A while ago, my husband took our little girl, who at the time was about 2 months old, to the zoo. He wanted to give me some “me time,” so while I was getting a massage, the two of them shared their first little walk. My husband carefully planned their first trip, choosing the zoo over a walk in the park, because of all the facilities zoos supposedly have. Even though our little girl is still too young to enjoy the surroundings, zoos are known to be child-friendly, he figured. Also, we live right next door, so should anything happen, the two of them would be home in no time.
And home in no time they were. For a split-second, my heart jumped a beat, seeing how my husband was frowning, sweating and in such hurry. But nothing bad had happened, he soon explained. The baby had filled up her diaper with quite the amount of poop and there was no place to change her nappie. Well, there were facilities, but there was no place for him to change her diaper; the changing rooms were for women only, because — duh — changing diapers is a woman’s task.
When I speak of feminism and equality, I often get told that things aren’t as bad as I sometimes portray them to be. That I’m exaggerating. Surely, men and women are, in the western parts of the world, equal by law. But what some fail to understand is that those laws — however wonderful they may be — do not ensure day-to-day equality. You may be given freedom by law, but circumstantially, you can still live an imprisoned life. So when women become mothers, and men become fathers, our society tells us that it is the woman who should stay home with the kids. Those choices aren’t always made out of free will. I cannot stretch this enough: Men still earn more money than women on average, thus it is more likely for mom to become the stay-at-home parent. In the end, we are all slaves to the economy. We explain it away by telling ourselves that women are more nurturing than men, so it’s a good choice. At the same time, we tell men that they shouldn’t physically take care of their kids. We demand that they are “strong” and “tough,” two features that don’t coincide with being a soft, gentle and loving caretaker.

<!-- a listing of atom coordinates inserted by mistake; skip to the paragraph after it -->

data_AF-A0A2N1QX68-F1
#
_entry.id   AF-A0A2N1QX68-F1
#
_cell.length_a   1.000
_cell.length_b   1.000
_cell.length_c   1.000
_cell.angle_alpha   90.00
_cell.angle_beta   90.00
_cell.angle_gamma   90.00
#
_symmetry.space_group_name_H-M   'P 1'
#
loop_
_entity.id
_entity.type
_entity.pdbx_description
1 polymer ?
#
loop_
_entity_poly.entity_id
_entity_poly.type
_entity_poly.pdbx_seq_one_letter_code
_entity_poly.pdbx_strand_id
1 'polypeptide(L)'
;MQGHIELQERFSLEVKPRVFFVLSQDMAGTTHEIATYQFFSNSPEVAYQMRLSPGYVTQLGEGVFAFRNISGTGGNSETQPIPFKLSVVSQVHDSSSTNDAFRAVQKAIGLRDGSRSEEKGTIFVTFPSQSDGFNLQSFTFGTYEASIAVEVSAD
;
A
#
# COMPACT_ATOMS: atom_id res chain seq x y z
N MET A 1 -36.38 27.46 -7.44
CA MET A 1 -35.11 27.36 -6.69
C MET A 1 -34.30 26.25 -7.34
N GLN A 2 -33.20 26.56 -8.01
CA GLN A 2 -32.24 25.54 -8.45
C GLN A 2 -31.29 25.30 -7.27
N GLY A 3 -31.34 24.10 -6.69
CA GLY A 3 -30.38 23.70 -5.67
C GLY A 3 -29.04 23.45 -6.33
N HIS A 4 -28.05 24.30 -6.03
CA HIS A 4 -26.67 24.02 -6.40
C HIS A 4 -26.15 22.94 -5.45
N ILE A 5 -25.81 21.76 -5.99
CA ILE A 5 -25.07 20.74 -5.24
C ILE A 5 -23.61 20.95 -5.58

Recently, I was asked what we could do to ensure more equality between men and women. My list is a long one, which mainly focuses on improving work conditions for women (i.e. equal pay, equal hiring, free day care, quotas for hiring women), but after seeing how my husband can’t enjoy a day out with our daughter, I realize there are also plenty other hurdles to tackle when it comes to men. Society still considers men who take care of their kids, who are openly loving and caring instead of macho or aggressive, as less manly, forcing them into a role, into a box, they themselves probably don’t even want to fit in. As if the presence of more testosterone turns men into Neanderthals.
So, I took a trip around the center of my hometown in Rotterdam, the Netherlands, to see what my husband would encounter trying to change our baby’s nappie.
1. As a dad, you can’t take your child to the public library. Many kids love to be read to, but if you want to change their diapers, this is what you’ll encounter: